Students learning at home during lockdown were still enrolled in school and participated in virtual learning programs and academic curriculum provided by their school districts. Parents were still responsible for a child's attendance, even if it was virtual participation instead of a physical location.
The pandemic sparked renewed interest in homeschooling, as an alternative to virtual learning through public or private schools. Families that homeschooled before the pandemic may have continued their routine or made small changes, but most families faced huge changes when public schools closed.
As of March 2022, schools in the U.S. are open again, but some families have chosen to explore homeschooling and organized virtual learning instead of sending children back to school campuses.
Pandemic pods are small, closed groups of children learning together. Families organize pods based on their needs and coordinate with like-minded people in local communities. Many pods use Facebook to share advice, schedule classes, or recruit teachers and tutors.
Some pods follow the virtual learning programs in their school districts or enroll children in virtual private school or charter school programs.
Families have also organized micro-schools using blended learning models. A micro-school may be set up as a one-room school in a home or rented space. Parents create the curriculum using a wide range of resources.
Online providers offer academic programs ranging from a full scholastic curriculum to smaller programs focused on specific subjects such as math, physics, and foreign languages. Micro-schools let families control instructional methods in a closed group while giving children more opportunities to socialize and work together than they might get with homeschooling.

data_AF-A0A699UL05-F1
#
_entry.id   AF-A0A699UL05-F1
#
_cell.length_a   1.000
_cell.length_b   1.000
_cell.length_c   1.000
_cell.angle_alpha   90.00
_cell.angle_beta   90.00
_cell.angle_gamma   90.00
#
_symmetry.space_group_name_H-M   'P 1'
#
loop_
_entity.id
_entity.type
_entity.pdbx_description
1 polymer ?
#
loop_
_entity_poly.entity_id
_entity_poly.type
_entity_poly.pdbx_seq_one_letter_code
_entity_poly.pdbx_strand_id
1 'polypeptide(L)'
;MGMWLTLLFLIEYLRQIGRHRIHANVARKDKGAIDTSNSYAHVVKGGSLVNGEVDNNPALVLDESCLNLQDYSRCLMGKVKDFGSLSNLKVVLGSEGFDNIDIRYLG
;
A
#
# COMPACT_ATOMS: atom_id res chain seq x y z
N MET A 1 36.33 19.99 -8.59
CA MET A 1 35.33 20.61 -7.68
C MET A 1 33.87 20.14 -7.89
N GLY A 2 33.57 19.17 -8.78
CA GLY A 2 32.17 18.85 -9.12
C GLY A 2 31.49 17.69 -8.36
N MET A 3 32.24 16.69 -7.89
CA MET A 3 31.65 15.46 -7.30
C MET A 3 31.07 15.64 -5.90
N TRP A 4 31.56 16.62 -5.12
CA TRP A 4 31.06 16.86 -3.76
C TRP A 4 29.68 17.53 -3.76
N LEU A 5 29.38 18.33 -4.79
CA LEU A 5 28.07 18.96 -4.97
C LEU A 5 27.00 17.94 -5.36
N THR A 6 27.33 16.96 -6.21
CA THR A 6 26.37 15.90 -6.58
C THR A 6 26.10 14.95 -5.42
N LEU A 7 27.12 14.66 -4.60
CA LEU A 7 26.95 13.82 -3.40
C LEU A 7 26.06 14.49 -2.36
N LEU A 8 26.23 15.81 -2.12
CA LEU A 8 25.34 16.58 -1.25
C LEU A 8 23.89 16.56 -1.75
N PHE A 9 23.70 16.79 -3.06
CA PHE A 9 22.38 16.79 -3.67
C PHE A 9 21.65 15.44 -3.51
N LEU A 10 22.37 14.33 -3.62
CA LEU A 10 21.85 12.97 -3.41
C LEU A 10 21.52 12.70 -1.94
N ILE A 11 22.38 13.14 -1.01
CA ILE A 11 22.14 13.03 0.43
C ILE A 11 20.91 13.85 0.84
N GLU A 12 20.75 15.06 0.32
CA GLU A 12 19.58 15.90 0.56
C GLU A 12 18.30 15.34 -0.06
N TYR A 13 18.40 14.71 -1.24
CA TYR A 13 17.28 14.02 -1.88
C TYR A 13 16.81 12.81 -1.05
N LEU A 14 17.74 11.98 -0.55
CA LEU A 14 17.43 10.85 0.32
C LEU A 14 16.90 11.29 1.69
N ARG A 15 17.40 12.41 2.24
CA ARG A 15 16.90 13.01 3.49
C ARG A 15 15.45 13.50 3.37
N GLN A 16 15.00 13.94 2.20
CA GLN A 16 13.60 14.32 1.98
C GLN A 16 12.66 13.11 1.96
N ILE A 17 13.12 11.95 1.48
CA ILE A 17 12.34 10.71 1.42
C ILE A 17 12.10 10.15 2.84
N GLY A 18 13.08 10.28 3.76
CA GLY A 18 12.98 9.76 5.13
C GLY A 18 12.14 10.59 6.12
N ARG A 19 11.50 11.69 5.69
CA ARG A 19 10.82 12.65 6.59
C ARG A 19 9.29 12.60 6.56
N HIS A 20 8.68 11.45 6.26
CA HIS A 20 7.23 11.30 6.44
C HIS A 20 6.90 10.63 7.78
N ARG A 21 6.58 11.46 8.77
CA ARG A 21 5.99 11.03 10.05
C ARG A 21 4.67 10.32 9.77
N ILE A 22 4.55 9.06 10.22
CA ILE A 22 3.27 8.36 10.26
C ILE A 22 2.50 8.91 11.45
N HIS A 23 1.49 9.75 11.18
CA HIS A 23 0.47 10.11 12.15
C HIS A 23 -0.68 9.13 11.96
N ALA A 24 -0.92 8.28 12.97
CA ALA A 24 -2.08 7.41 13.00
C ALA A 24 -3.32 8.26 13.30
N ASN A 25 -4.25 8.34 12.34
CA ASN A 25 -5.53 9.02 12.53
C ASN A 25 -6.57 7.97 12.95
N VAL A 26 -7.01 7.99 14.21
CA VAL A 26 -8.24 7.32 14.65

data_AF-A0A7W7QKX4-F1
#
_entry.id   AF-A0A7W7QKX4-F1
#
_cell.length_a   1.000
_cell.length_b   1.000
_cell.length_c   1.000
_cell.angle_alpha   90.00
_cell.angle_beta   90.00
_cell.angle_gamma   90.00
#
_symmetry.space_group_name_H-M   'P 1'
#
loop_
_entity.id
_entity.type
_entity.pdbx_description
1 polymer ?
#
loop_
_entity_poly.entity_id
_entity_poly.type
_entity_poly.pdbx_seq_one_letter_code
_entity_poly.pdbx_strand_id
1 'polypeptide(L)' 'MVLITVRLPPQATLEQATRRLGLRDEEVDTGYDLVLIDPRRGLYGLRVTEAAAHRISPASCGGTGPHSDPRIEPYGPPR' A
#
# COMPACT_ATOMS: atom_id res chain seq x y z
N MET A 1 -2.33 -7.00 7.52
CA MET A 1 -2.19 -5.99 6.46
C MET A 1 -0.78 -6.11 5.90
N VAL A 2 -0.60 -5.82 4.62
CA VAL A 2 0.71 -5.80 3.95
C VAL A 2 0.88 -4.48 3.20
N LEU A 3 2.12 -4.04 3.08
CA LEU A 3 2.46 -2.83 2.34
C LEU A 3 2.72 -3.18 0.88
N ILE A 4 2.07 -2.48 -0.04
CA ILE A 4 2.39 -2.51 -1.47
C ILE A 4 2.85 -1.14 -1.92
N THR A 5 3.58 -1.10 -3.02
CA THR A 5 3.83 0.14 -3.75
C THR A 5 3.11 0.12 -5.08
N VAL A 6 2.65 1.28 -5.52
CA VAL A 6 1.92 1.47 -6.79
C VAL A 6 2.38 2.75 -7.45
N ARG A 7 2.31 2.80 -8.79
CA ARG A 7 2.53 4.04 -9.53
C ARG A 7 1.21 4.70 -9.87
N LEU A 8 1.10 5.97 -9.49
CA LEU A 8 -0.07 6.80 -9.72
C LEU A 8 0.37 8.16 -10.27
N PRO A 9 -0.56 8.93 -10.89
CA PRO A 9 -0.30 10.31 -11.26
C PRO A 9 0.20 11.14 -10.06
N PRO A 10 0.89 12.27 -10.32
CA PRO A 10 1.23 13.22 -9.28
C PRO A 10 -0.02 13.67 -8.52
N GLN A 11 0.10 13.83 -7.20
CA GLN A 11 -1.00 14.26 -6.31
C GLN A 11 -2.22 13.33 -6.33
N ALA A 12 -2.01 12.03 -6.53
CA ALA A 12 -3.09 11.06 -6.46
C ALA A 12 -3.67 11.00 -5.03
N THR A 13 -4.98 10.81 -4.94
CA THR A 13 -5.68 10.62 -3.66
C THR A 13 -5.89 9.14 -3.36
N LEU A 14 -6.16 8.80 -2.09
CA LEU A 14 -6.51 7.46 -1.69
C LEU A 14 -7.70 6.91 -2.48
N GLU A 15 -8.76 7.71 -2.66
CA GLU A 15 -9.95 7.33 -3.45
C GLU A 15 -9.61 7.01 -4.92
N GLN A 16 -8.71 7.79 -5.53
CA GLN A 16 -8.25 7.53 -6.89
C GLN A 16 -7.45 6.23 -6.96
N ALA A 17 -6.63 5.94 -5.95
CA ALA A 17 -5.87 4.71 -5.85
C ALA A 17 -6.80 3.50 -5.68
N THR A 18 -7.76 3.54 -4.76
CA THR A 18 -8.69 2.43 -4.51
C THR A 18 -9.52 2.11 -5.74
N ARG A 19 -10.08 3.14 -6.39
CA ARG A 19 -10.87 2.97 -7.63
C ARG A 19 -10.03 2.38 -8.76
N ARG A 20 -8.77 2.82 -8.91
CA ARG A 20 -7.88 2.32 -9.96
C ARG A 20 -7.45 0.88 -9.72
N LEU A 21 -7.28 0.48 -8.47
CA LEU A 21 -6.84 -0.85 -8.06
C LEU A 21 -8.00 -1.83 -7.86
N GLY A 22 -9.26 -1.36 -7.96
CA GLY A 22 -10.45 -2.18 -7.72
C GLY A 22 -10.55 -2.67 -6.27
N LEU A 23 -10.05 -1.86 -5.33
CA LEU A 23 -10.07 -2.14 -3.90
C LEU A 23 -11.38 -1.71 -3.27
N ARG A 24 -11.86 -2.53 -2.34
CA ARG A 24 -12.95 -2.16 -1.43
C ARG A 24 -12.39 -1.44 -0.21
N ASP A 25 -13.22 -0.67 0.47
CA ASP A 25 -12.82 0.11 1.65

Many families have adapted to home learning and plan to continue indefinitely. They've learned to find resources and teaching tools online. Cooperation and communication within geographical and virtual communities reduces the risk of isolation that impacts some homeschooled children.
Parents are choosing home learning for many reasons, such as flexibility instead of rigid school schedules and freedom to choose educational subjects and material. Some students don't want to go back to school campuses due to bullying, non-traditional learning styles that weren't accomodated, or other special circumstances that make physical attendance difficult.
Children are individuals with a wide range of interests, strengths, and challenges. They learn at different speeds and have different responses to teaching methods. Schools try to accommodate every child's needs, but there's a limit to the personalization possible in a typical classroom setting.
Families, on the other hand, can customize home learning and instructional styles to let children work at their own pace. Parents can also add material and focus on subjects that aren't a priority for public school districts. Some children are more motivated to learn when they can make decisions and have some control over the curriculum.